In San Francisco’s North Beach, pasta, poetry and a big helping of uncertainty

San Francisco’s North Beach has seen many changes lately, but these signs suggest that its Italian-bohemian character will endure.


Before we get to the bad news, let’s agree that North Beach, the West Coast’s most-storied Little Italy and the richest vein of Beat Generation memories anywhere, can still deliver a moment the way Frank Sinatra delivered “My Way.”

As you line up for morning cappuccino among the young and old bohemians at Caffe Trieste, you spot a few who may have been present at its opening in 1956: one with bell-bottoms and a ukulele; one in a jacket that says “Rent Is Theft”; and one who is so focused on what she’s typing that she might bite through the pencil in her mouth.

As you eavesdrop on Columbus Avenue near Vallejo Street, you hear a burst of Italian, a flurry of Chinese and a smattering of Spanish, all within two minutes, all from locals.

Caffe Trieste, at 601 Vallejo St., North Beach, San Francisco
Caffe Trieste, on Vallejo Street in North Beach, claims it was the first espresso coffee house on the West Coast when it opened in 1956.
(Christopher Reynolds / Los Angeles Times)

As you shoulder through a crowd outside Golden Boy Pizza on Green Street, which has sold slices since 1978, you discover yet another line at the door of Sotto Mare, where the cioppino is king and the walls are crowded with big fish and old photos.


From here, Fisherman’s Wharf is north. Chinatown is south. And Columbus Avenue plows through at an angle, because what’s interesting about 90-degree street corners?

“This is the only real neighborhood that’s left in San Francisco,” Louis Samuels, a longtime North Beach resident, told me. “The tourists have been here forever, so they can’t [foul] it up.”

Bill Weber’s “Jazz Mural” adorns a building at the intersection of Broadway and Columbus Avenue in San Francisco's North Beach neighborhood.
(Brian van der Brug / Los Angeles Times)

But from many angles, it looks like low tide in North Beach.

In 2017, the restaurant Rose Pistola at 532 Columbus closed after 20 years, and L’Osteria del Forno at 519 Columbus closed after 27 years. Caffe Puccini, at 411 Columbus, burned and closed that October after 28 years. In March 2018, Caffe Roma at 526 Columbus closed after 29 years.

North Beach’s retail vacancy rate ranks among the highest in the city, higher than it’s been in years. One city report calculated that 45 of 219 storefronts were empty at the end of 2018.

The empty spaces didn’t seem that numerous during the four days in early August I spent wandering the neighborhood. But people are talking and changes keep coming.

Long before HGTV glommed onto the trend, German immigrant farmers in Fredericksburg, Texas, built small, simple dwellings, called Sunday houses, for their in-town visits.

In April, producers of the long-running comic revue “Beach Blanket Babylon” — a neighborhood stalwart that has charmed tourists with gentle satire and enormous hats since 1974 — announced it would stage its last performance Dec. 31.

In July, management abruptly closed Tosca, an emblematic restaurant and bar with a 100-year history as a Columbus Avenue speakeasy, celebrity hangout and later a trendy dining destination. New owners have vowed to reopen but it’s unclear when.

Meanwhile, until at least December, the city’s Recreation & Parks department has fenced off Washington Square Park, the neighborhood’s oldest landmark and largest green space, to fix the irrigation system.

Those who wish to cry into their cappuccino now may be excused.

For the rest of us, this might be a good moment to grab a mental snapshot of North Beach before the next wave of change, to smell the garlic, grab a meal that involves tomato sauce, browse one of the nation’s most beloved bookshops (City Lights on Columbus), perhaps lay your hands on fine ceramics from Perugia at Biordi on Columbus Avenue or a custom handbag that used to be a baseball mitt at Al’s Attire on Grant. Or just drink where Jack Kerouac drank (Vesuvio Cafe on Columbus). But not as much, please.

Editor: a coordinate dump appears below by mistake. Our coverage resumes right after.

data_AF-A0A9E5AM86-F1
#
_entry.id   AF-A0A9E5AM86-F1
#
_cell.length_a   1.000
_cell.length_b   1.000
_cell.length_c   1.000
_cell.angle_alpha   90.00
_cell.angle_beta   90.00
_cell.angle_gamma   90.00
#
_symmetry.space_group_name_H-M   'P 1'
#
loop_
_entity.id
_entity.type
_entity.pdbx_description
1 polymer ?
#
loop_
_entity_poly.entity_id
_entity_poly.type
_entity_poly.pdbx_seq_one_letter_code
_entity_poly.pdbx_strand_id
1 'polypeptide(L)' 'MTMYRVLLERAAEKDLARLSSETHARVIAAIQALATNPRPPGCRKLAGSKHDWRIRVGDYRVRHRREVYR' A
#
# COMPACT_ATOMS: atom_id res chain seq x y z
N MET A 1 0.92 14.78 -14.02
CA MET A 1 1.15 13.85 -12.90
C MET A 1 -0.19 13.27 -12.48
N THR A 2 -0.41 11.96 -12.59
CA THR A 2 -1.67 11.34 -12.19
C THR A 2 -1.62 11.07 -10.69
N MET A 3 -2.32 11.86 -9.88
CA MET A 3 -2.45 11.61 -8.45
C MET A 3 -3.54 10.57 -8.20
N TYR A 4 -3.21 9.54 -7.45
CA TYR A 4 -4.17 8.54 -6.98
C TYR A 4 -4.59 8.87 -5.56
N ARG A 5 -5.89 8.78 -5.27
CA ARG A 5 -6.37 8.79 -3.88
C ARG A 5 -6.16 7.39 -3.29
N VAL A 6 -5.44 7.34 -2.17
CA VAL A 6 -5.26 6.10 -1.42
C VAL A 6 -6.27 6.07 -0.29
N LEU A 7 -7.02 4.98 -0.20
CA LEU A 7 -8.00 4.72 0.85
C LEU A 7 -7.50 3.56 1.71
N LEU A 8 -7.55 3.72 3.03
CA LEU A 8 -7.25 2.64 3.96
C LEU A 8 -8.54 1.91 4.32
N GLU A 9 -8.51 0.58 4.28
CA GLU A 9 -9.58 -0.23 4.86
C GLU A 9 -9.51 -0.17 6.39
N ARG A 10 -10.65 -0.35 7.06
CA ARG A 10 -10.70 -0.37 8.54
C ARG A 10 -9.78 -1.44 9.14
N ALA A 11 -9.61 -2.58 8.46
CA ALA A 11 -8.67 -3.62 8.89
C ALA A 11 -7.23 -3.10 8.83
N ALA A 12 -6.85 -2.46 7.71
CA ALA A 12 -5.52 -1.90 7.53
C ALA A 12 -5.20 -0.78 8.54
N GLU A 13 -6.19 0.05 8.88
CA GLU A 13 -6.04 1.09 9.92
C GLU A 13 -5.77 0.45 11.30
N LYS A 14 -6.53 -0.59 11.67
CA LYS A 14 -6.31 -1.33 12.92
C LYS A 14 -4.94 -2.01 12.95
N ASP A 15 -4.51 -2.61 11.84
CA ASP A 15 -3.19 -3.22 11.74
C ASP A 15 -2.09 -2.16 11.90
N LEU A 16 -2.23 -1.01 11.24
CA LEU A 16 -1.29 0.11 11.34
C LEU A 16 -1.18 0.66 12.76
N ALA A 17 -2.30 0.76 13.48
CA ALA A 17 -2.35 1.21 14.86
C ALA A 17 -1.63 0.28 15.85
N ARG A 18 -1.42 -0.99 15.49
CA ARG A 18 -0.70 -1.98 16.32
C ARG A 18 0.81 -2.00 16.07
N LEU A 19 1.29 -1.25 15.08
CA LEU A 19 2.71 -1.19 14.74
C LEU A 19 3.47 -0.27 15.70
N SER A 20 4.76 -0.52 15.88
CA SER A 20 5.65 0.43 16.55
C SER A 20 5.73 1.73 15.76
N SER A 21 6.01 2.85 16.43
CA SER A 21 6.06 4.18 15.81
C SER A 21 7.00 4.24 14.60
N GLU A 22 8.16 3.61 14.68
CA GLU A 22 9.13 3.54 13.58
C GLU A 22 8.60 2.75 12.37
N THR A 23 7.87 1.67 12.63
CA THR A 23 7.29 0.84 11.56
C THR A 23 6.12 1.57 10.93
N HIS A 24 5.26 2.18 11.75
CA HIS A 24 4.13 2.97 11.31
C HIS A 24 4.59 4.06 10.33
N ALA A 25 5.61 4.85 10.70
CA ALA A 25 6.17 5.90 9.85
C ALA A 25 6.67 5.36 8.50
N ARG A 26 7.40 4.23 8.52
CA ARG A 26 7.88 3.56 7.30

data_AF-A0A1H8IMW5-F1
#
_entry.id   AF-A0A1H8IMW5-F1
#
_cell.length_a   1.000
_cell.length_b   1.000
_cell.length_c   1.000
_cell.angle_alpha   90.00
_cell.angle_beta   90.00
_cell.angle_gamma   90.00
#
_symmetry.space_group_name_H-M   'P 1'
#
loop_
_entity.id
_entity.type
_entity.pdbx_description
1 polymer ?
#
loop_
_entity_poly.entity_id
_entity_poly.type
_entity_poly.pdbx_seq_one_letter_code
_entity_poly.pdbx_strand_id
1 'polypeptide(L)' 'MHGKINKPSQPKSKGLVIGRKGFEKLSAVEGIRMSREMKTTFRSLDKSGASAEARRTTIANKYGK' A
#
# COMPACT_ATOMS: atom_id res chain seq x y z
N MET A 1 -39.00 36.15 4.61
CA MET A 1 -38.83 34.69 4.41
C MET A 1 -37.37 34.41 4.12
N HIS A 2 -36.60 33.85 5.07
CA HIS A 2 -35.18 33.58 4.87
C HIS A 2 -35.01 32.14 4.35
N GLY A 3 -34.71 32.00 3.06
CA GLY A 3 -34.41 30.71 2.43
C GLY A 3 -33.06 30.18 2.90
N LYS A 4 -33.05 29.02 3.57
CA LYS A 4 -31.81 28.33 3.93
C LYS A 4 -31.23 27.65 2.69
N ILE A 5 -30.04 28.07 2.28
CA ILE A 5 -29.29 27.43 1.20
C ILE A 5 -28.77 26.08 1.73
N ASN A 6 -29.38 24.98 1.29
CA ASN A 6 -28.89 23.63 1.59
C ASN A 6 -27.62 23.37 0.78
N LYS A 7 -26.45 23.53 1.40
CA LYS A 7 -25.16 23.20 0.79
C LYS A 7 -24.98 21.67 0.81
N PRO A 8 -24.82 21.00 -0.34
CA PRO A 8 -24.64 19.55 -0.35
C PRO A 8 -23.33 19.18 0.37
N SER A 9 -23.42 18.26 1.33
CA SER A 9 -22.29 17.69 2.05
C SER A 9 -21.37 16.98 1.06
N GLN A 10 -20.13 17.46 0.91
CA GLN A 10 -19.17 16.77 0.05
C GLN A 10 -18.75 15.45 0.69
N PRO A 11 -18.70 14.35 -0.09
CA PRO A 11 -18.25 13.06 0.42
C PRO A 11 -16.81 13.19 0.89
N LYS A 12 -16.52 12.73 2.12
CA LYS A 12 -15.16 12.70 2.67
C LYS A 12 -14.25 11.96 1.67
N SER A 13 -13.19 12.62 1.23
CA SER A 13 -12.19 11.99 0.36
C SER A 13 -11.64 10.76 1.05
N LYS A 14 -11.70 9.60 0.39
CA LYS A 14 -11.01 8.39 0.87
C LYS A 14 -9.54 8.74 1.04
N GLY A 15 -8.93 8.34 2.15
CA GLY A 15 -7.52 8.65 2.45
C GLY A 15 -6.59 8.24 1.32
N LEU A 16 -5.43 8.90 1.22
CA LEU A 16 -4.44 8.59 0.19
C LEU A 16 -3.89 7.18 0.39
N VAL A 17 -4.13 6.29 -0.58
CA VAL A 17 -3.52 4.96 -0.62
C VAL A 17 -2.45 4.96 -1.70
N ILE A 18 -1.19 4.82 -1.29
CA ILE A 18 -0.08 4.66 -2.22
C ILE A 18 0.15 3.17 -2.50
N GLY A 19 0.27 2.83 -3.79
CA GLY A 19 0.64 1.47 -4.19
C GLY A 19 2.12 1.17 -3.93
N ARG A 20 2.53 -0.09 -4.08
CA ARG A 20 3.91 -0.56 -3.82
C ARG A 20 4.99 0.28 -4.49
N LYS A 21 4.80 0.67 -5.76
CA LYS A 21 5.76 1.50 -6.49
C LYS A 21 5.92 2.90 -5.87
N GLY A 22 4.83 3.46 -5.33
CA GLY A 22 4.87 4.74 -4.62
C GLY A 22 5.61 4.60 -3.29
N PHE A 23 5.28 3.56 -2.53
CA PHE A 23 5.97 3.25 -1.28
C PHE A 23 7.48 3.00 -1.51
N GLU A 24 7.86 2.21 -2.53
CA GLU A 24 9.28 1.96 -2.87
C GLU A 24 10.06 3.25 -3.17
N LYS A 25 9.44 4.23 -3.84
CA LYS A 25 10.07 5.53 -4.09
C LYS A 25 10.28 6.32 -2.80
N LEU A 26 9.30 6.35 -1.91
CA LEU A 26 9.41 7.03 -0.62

But while you’re at it, remember there’s always someone saying how much better this neighborhood used to be.

The Ohlone were entitled to say it when Spanish colonizers grabbed their land in the 18th century, followed by gold seekers in the mid-19th, and Italian fishermen and their families in the late 19th.

All the world said it in 1906, when the great quake and fire leveled much of the city. I’m betting somebody said it again in the 1920s, when the San Francisco Art Institute moved in, putting bohemians and Italians in proximity.

North Beach institution Vesuvio Cafe.
Beat Generation author Jack Kerouac hung out at North Beach institution Vesuvio Cafe.
(Christopher Reynolds / Los Angeles Times)

By 1949, Herb Caen himself was saying it. “What’s left of San Francisco’s bohemia is centered in North Beach,” the author and columnist wrote. He went on to lament that high-priced apartments ($200 a month) were crowding out the artists.

Allen Ginsberg, Lawrence Ferlinghetti and Kerouac arrived a few years later, leading the most notorious invasion of poets, painters, dreamers and loiterers the city has ever seen. (That’s when Caen coined the word “beatnik.”)

City Lights Books
City Lights Books, on Columbus Avenue in North Beach, dates to the early 1950s. Co-founder Lawrence Ferlinghetti recently celebrated his 100th birthday.
(Christopher Reynolds / Los Angeles Times)

All these years later, the fascination continues even as details evolve.

“This is cyclical. I’ve seen this 15 times,” said Jimmie Schein, who has put in 18 years as co-owner of Schein & Schein Antique Maps and Prints on Grant Avenue. “North Beach is simply suffering from what San Francisco is suffering from.”

The tech millionaires. The homeless. Within two minutes, Schein told me “I love it here” and “We are failing miserably as a city” — and clearly meant it both times.

“We’re always fighting in the neighborhood for something,” said Blandina Farley, who has been leading North Beach tours for nearly 20 years. A few minutes later, she pointed out a one-bedroom apartment.

Customers relax outside Caffe Trieste on Vallejo Street in North Beach.
(Brian van der Brug / Los Angeles Times)

“About $4,100 a month,” she said.

One night I caught up with Massimo Di Giulio at Ideale Restaurant & Bar, who recalled his arrival from Italy.

“I got here in 1974,” he said. “The first time I came to North Beach, I came to this door. It was a jewelry shop.”

By the late 1980s Di Giulio was working as a tour guide, showing European visitors the American West. He still is, and in San Francisco he tells how Italian immigrants reached North Beach in waves, region by region, over generations.

And then, “I tell them the Italians are moving out or have moved out,” said Di Giulio, who lives in nearby Richmond. “I tell them that Italian food has fallen out of favor with the young people, so a lot of restaurants are closing.”